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Ukraine gets into North Korea illegal arms export mess

Ukraine has become embroiled in another arms scandal after a cargo plane carrying tonnes of weapons, allegedly from North Korea, and destined for Ukraine has been seized during a refueling stop at Bangkok airport.

One of the detained crew members says the aircraft also set off from Ukraine, and was expected to return there after several stopovers.

Another mystery shipment

An IL-76 plane leased to a Ukrainian company was

Comments from the Russian side have been quick to follow. Russia’s deputy foreign minister, Aleksey Borodavkin, officially stated, “This incident shows that sanctions and all other mechanisms implemented by the UN Security Council work well. It also shows that North Korea’s attempts to smuggle weapons illegally are futile and have no future.”

Experts are speculating as to whether the timing of the seizure is significant. Saying Washington could be looking for a way to apply pressure to Pyongyang. Many have been talking of North Korea’s illegal activity on the arms market for a long time, but it may be no coincidence that this plane was captured now, when six-party talks on denuclearizing the peninsula are in a stalemate.

US special envoy for North Korea, Stephen Bosworth, additionally reminded that the US “like the other five countries, participating in the 6-party talks, is already committed to negotiate towards the establishment of a peace treaty on the Korean Peninsula as part of the joint statement. But as I pointed out in Pyongyang, one of the fundamental requirements of prominent peace on the Korean Peninsula will be denuclearization of the Korean Peninsula.”

The Ukrainian trace

But what is creating a real scandal here is that the plane was flying from and to Ukraine.

Speculation is growing that Kiev acted as a mediator in an illegal weapons deal between Pyongyang and unidentified buyers.

The illegal arms export issue was making a massive political noise in Ukraine last year. Some opposition deputies in parliament conducted their own investigation, after which they claimed that some high-profile politicians were involved in this murky business.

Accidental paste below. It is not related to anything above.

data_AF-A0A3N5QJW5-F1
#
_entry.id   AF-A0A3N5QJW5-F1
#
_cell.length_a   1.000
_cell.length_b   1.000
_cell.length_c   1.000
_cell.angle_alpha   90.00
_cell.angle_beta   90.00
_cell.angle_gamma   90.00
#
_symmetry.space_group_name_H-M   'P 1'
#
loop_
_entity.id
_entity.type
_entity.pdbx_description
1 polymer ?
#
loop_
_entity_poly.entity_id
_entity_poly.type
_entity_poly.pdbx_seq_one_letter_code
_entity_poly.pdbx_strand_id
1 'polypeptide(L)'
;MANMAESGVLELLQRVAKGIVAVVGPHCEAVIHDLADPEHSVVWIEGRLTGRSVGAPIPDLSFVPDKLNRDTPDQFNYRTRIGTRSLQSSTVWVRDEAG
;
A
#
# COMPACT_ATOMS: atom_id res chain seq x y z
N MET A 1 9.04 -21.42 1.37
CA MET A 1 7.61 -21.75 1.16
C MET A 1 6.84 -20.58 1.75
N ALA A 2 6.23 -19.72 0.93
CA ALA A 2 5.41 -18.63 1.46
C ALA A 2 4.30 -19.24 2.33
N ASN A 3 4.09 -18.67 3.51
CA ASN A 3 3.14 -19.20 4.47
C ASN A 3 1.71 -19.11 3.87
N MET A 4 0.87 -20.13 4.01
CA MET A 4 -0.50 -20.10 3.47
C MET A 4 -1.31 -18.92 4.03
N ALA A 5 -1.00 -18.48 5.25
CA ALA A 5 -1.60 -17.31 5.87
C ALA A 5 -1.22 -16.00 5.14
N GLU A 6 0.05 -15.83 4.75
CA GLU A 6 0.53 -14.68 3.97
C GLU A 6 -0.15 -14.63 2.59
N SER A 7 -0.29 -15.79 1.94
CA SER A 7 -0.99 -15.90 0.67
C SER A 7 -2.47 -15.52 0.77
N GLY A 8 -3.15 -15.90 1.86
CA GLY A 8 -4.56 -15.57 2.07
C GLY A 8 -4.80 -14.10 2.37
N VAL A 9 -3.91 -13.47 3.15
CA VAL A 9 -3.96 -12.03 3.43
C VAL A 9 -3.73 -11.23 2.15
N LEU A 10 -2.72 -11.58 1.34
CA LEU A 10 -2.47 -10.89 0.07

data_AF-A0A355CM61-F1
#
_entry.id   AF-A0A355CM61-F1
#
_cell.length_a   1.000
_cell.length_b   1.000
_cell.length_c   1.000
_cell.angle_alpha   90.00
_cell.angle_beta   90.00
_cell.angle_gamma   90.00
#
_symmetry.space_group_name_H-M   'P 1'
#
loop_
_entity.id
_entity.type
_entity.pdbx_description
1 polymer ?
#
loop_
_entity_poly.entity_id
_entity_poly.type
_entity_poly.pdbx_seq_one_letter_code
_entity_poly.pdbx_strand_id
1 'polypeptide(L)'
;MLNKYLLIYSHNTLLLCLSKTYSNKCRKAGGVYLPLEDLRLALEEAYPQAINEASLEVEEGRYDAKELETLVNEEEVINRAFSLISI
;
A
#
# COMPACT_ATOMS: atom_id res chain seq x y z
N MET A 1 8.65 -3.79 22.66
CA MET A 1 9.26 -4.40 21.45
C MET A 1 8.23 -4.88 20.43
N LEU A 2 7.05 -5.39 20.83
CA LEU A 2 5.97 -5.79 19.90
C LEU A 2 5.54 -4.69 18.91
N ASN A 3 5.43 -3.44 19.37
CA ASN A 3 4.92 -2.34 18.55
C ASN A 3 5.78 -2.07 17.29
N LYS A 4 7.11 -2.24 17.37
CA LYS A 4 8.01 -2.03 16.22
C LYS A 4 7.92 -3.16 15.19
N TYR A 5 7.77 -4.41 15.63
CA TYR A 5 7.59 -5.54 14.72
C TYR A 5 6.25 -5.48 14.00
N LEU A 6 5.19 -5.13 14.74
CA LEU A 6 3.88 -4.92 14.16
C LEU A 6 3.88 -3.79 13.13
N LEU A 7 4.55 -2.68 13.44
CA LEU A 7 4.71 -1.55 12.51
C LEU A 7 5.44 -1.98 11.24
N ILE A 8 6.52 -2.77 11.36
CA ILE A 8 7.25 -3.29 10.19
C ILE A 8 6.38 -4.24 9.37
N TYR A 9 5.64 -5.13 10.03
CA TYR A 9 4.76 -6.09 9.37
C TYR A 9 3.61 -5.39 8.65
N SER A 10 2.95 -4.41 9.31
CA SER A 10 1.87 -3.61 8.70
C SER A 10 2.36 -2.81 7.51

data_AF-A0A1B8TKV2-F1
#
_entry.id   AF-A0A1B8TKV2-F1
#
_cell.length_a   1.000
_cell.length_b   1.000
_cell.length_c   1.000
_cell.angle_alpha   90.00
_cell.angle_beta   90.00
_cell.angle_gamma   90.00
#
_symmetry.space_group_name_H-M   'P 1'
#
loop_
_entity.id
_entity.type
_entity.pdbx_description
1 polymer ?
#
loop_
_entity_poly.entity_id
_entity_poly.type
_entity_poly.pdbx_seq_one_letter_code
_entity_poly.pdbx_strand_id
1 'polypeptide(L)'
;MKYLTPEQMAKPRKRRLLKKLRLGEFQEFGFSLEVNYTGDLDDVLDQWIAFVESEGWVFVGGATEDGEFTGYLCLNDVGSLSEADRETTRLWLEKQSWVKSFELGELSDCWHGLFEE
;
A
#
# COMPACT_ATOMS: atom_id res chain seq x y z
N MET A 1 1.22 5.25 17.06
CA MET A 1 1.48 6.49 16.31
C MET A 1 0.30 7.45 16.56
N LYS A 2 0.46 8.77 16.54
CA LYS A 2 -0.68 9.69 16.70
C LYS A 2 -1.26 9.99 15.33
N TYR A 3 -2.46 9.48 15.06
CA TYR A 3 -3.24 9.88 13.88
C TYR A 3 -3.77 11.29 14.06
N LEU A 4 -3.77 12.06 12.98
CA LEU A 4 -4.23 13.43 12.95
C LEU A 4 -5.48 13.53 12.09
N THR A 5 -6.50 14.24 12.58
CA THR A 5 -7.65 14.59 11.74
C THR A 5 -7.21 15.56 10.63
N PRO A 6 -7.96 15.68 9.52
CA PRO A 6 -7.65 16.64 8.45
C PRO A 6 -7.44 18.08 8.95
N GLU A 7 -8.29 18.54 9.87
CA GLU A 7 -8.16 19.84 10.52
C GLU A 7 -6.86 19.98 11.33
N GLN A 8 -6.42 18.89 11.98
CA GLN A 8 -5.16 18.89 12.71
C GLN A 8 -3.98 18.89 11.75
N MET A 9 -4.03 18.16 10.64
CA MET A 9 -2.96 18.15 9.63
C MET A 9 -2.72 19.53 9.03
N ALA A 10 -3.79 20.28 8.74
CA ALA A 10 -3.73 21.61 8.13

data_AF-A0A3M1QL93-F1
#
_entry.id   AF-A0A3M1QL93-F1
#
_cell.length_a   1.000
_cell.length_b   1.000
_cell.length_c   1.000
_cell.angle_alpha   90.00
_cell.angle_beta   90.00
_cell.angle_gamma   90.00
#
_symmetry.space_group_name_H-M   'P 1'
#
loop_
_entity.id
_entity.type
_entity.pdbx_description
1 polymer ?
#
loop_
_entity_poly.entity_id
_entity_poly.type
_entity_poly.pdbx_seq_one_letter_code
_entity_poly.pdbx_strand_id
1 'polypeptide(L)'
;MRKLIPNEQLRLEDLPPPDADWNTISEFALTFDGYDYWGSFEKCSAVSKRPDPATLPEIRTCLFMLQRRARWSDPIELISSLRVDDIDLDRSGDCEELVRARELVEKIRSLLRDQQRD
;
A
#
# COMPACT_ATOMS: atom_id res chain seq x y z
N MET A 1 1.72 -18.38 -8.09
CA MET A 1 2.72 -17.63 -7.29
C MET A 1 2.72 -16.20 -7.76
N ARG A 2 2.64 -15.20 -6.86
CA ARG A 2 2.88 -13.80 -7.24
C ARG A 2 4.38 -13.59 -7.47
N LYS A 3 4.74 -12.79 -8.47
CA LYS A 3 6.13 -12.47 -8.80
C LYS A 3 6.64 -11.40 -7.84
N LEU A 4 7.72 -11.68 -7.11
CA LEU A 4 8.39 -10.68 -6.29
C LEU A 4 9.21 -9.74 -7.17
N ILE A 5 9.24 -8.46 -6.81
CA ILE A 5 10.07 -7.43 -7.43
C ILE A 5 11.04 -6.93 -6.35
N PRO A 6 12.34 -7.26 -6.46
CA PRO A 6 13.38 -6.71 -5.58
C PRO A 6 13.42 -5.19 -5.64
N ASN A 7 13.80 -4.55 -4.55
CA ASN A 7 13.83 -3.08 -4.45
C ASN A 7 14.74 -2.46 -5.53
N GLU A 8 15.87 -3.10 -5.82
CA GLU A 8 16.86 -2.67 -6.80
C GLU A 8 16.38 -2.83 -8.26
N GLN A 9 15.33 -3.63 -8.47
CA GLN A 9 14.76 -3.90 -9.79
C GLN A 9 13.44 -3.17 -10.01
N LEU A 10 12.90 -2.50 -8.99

First it was the seizure of the Ukrainian ship Faina by Somali pirates with three dozen Soviet-made tanks on board which made headlines. Reports suggested that the weaponry was headed to Sudan’s Darfur region, which had a UN weapons embargo imposed on it.

Then a parliamentary commission revealed alleged sales of Ukrainian arms to Georgia at ridiculously low prices prior to the South-Ossetian conflict, as if deliberately arming Tbilisi. And, as the commission claimed, the sale was sanctioned personally by Ukraine’s president.

The deputy, who headed the investigation, says that Ukraine’s reputation as a reliable and legal arms exporter has been crippled.

“Illegal arms sales are being carried out under the cover of Ukraine's special services and people close to President Yushchenko himself,” claims Ukraine’s Parliament’s Deputy Valery Konovalyuk. “This is being done with impunity and contrary to international law. There were reports that some people are supplying arms to Pakistan, and to the Taliban.”

The plane’s crew has been charged with illegal arms possession and weapons smuggling. However, they say they were just couriers and had little idea of what they carried on board.

In the mean time, just as in all previous weapon sale scandals, Kiev is denying any involvement.

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